Industrial Production instead of Rotor Blade Manufactory
||Fraunhofer IFAM, PD Group, Sinoi, BIK, EEW Protec, Faserinstitut Bremen, Siemens AG, Siemens Industry Software, EMG, fibretech composites, Schmalz, Henkel, 2KM, BASF, Hexion
||German Federal Ministry for Economic Affairs and Energy|
||01.10.2012 - 30.03.2018|
Rotor blades are still made almost completely by hand. In the “BladeMaker“ project, Fraunhofer IWES scientists, industrial and research partners are searching for automation solutions in order to make the manufacture of rotor blades more cost effective, quicker and with a higher quality.
Rotor blades account for about one quarter of the total cost of a wind energy turbine, a fact which results from the high proportion of manual labour involved. Significant costreductions can be achieved through changing from small series production to large scale industrial production. For this reason, the main focus of the joint project “BladeMaker“, with a total of 16 partners and coordinated by the Fraunhofer IWES, is the complete manufacturing chain for rotor blade production.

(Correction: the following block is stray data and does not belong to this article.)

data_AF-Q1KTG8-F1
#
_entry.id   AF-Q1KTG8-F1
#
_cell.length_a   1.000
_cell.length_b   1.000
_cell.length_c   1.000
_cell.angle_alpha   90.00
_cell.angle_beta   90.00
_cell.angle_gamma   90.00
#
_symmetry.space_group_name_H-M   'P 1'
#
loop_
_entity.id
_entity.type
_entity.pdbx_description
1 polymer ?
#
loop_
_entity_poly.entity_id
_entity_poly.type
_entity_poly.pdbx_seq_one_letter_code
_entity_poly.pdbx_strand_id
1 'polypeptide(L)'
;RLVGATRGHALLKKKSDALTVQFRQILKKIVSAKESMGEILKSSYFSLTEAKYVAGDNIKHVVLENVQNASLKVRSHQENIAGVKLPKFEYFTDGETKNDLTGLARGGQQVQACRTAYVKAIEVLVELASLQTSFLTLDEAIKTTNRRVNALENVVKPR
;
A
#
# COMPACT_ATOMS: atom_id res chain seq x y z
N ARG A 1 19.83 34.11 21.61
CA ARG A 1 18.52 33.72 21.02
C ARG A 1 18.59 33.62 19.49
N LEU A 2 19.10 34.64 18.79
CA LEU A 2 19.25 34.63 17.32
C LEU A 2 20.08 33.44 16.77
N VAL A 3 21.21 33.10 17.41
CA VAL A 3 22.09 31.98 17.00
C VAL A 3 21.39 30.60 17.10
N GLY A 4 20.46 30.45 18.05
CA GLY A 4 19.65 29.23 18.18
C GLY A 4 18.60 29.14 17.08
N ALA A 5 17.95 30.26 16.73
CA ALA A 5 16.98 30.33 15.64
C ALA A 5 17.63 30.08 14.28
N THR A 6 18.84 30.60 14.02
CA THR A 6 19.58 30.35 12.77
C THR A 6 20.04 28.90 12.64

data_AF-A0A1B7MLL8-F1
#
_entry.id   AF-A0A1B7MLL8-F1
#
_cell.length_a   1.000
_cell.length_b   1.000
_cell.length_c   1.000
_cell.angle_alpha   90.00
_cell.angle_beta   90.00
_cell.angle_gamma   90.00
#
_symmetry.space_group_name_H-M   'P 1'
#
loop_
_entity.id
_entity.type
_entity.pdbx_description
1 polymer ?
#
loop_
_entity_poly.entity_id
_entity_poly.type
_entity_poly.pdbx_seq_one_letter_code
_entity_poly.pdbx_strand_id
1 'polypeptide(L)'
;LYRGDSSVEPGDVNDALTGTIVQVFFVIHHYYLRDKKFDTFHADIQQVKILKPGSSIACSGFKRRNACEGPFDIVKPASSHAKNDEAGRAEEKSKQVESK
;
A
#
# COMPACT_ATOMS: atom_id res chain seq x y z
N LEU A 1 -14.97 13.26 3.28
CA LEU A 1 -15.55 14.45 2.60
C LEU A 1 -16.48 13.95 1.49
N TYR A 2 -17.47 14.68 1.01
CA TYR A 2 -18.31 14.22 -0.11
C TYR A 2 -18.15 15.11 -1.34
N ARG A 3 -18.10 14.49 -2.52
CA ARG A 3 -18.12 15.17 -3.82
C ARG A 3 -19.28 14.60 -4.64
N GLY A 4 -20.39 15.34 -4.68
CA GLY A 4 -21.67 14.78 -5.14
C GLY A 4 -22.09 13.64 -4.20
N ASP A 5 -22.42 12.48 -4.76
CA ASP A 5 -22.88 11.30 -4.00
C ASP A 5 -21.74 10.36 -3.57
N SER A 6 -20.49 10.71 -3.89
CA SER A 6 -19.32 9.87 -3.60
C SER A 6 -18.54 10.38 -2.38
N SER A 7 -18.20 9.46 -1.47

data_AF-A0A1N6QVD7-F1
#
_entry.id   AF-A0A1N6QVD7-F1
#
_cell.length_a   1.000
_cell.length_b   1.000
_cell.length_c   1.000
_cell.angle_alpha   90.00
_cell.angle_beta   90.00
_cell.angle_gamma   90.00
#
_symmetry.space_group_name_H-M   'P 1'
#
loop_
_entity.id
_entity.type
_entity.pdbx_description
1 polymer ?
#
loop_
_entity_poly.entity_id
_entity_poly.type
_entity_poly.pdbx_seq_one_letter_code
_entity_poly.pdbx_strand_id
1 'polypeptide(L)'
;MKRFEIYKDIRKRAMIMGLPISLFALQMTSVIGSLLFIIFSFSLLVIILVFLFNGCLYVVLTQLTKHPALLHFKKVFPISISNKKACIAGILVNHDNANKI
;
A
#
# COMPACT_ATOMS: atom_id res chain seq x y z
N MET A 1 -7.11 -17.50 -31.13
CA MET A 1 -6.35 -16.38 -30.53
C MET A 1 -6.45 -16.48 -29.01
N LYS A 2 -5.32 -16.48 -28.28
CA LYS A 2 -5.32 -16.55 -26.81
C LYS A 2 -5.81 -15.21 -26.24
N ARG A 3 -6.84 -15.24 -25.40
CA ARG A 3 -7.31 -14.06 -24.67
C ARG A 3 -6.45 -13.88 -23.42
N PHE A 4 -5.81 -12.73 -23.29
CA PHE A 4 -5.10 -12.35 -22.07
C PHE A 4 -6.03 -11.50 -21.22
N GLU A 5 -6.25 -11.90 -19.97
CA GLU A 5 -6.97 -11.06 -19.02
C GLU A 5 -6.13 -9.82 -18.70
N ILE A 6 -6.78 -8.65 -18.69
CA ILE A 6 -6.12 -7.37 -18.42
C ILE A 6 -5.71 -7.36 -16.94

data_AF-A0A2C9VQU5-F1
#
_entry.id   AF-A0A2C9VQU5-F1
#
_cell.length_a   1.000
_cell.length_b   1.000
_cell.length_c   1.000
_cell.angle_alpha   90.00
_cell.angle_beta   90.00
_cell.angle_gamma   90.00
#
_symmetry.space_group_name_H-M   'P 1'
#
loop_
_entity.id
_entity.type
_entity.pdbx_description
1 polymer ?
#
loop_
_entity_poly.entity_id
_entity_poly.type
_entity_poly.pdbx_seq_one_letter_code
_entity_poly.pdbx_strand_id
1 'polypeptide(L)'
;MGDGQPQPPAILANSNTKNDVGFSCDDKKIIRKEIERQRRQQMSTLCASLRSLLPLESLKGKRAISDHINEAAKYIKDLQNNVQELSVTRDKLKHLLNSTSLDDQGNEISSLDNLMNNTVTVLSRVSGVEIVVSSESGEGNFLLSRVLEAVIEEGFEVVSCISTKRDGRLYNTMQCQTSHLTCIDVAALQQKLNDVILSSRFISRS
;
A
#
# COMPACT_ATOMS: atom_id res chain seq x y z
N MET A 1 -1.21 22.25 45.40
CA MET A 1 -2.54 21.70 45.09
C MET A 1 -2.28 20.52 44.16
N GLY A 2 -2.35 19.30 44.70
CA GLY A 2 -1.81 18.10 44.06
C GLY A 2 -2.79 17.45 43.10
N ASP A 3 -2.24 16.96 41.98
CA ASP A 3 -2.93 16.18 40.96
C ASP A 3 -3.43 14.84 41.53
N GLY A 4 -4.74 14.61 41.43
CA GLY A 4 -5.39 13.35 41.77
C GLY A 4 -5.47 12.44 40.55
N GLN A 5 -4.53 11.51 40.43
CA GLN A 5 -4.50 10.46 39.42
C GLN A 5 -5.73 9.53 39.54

The project’s target is to reduce production costs by well over 10 per cent and for the long term, to set up a “BladeMaker Demo-Centre” which will be a national and international centre for the research and development of rotor blade production. In order to achieve this ambitious target rotor blade design, materials and manufacturing processes will be taken into consideration. Florian Sayer of the Fraunhofer IWES explains: ”In international competition rotor blade producers are under great cost pressures which we will tackle with automation.”
The researchers at the Fraunhofer Institute will first of all analyze all of the work procedures and technologies of rotor blade production and assess automation potentials. Then, any promising automated manufacturing processes will be investigated and simulated. Finally, at the end of the five year project demonstrators will be created for the respective process steps and the “BladeMaker Blade” will be designed, optimized for automated production. “The BladeMaker design provides an insight into what can be achieved in automation,” explains Sayer about the project. The project is funded with EUR 8 million by the German Federal Ministry for Economic Affairs and Energy.
Background rotor blade production:
The state of the art in rotor blade production is the so called vacuum infusion process. For this purpose, two moulds or blade halves are reinforced with fibre-glass or carbonfibre matting. This work step is undertaken almost completely manually. Then a vacuum is generated and a resin injected bonds the mats. After hardening, the two halves are pieced together to form one blade and then varnished.